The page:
The AIDS crisis challenges the Roman Catholic Church at "the very heart of [its] purpose for existing," an advisory committee of the Archdiocese of Baltimore said yesterday as it recommended more involvement with problems the disease causes for individuals and society.
The report -- by a committee on AIDS ministry made public yesterday -- cited needs for greater public visibility of the AIDS ministry and social advocacy for the afflicted; AIDS-awareness education at the parish level and among clergy and lay leaders; and greater coordination of archdiocesan resources to cope with the epidemic.
Church efforts should range from moral education for young people toaddressing societal fears and prejudices regarding those infected with the virus that causes AIDS, the report said.
While acknowledging material limitations, the committee found considerable effort being made though four institutions run or supported by the archdiocese -- Stella Maris Hospice, AIDS Interfaith Residential Services, the Franciscan Center AIDS Outreach and the Chara House group home for young children with acquired immune deficiency syndrome.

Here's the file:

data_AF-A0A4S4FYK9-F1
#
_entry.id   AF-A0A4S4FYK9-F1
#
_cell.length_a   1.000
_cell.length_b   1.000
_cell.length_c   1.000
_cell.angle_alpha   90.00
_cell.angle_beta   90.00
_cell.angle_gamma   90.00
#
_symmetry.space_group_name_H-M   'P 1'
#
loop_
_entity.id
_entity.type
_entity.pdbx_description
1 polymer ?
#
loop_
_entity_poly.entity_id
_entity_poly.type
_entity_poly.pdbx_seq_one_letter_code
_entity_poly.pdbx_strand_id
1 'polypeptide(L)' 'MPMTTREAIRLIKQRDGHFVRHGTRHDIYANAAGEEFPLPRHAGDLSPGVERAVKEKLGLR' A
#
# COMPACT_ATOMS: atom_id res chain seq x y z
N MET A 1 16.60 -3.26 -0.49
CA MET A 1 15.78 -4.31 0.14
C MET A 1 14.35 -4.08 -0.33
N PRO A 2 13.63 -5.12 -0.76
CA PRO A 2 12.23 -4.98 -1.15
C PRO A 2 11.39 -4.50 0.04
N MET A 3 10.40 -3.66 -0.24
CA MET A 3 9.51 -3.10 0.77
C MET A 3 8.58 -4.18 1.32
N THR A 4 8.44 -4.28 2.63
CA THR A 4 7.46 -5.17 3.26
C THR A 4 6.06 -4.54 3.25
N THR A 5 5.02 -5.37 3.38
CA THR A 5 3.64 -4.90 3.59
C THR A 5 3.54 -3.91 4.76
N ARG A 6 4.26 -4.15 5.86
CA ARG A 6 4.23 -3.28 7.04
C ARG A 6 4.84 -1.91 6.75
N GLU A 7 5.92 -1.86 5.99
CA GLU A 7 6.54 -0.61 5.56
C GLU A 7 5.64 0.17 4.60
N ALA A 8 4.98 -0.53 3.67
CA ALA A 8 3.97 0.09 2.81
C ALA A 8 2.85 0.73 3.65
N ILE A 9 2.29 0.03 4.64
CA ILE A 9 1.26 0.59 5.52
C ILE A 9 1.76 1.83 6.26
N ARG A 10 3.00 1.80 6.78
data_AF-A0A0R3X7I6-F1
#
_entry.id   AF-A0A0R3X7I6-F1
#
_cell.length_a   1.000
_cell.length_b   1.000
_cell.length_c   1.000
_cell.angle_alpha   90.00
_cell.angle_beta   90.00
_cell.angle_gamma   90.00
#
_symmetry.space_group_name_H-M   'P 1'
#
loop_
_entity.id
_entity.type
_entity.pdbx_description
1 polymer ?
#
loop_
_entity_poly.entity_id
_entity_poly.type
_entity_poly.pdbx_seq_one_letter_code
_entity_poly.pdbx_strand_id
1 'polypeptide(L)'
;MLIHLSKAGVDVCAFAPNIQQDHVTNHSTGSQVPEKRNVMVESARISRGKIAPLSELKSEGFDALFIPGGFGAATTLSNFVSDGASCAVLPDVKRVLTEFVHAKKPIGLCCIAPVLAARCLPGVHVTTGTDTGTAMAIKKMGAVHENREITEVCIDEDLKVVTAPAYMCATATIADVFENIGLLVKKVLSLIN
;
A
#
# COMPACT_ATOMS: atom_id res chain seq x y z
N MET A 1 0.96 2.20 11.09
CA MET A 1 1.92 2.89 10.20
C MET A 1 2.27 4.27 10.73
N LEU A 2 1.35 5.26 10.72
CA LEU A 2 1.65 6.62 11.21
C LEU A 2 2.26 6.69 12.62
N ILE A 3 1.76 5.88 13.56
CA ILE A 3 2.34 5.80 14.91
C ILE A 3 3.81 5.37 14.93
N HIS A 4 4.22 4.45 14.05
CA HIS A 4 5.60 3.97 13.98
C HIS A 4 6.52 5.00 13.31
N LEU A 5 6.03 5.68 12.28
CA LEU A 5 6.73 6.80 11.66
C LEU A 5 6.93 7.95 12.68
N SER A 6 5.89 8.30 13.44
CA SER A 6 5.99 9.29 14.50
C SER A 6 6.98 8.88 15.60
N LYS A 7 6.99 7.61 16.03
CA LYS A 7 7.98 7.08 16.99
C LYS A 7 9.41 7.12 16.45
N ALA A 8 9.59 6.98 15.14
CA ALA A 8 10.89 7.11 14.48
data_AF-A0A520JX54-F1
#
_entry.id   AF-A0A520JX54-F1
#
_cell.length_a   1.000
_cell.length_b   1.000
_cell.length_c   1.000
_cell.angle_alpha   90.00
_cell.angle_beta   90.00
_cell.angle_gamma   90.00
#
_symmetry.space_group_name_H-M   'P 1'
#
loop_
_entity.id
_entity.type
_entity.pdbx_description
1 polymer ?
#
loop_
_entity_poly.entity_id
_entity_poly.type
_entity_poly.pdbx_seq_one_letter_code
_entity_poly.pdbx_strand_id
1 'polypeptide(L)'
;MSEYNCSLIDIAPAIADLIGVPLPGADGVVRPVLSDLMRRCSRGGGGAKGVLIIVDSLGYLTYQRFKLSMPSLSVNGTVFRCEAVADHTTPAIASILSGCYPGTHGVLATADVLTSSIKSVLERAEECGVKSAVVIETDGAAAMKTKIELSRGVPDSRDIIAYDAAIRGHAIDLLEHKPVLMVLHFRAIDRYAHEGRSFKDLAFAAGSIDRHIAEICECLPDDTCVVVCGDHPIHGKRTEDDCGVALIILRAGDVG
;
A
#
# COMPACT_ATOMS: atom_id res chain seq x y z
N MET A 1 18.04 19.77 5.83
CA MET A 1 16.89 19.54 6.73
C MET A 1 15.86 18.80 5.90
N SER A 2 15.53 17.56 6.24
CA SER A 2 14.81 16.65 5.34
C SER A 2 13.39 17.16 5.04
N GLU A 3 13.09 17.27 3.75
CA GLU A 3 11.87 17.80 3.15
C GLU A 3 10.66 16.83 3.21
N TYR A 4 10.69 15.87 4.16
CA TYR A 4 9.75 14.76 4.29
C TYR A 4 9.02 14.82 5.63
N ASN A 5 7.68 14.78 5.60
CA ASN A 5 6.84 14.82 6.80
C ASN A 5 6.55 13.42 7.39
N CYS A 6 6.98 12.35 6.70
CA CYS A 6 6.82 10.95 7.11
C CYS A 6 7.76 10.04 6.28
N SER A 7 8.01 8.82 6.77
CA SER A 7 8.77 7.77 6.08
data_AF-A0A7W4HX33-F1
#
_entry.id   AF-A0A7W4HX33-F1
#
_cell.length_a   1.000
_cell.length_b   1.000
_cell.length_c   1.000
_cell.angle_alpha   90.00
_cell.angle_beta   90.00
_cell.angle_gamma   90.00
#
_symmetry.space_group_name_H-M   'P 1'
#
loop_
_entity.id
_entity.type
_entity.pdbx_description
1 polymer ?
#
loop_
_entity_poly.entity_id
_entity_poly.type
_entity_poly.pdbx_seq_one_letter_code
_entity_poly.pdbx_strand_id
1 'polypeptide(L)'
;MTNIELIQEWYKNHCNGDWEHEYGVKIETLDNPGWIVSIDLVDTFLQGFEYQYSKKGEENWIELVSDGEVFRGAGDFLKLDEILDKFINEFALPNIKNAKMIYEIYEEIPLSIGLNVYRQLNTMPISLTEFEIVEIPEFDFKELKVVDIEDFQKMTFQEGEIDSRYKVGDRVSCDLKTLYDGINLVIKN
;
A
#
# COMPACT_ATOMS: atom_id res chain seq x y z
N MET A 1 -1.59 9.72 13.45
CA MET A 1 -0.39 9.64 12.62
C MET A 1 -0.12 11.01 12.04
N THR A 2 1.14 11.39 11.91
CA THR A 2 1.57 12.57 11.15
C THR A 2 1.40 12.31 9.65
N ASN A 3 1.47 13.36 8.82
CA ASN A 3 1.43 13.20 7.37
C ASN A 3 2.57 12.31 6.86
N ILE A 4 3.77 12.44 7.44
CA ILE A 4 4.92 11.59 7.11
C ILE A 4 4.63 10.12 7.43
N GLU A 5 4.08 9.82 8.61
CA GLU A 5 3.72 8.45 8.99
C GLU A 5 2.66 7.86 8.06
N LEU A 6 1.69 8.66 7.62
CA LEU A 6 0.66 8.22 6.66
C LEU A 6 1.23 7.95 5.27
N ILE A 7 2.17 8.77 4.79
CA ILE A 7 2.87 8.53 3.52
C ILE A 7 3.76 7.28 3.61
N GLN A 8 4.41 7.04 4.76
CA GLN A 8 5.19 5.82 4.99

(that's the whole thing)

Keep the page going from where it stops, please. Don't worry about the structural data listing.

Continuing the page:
But the committee also found the need for greater coordination of archdiocesan programs, and a higher "public profile" of the church ministry to those infected by the human immunodeficiency virus, or HIV, which causes AIDS.
The fatal disease has struck people of all ages and across the spectrum of society, claiming ministers and priests as well.
"In a most unique way, the crisis of AIDS . . . presents a challenge to the Church to offer the witness of compassion and hope that is at the very heart of the church's purpose for existing," said the report, entitled "Strangers and Aliens No Longer."
"How the Christian community responds to this challenge will affect the fundamental credibility of its pastoral witness to society," the report said.
The challenge of AIDS, it said, "is for the church a moment of grace, a moment of opportunity" to "renew our ability to both receive and give the gift of hope." The report was drawn in part from interviews with providers of AIDS-related services and people with AIDS, and an archdiocesan survey of 1,800 persons involved in various levels of pastoral ministry, the archdiocese said.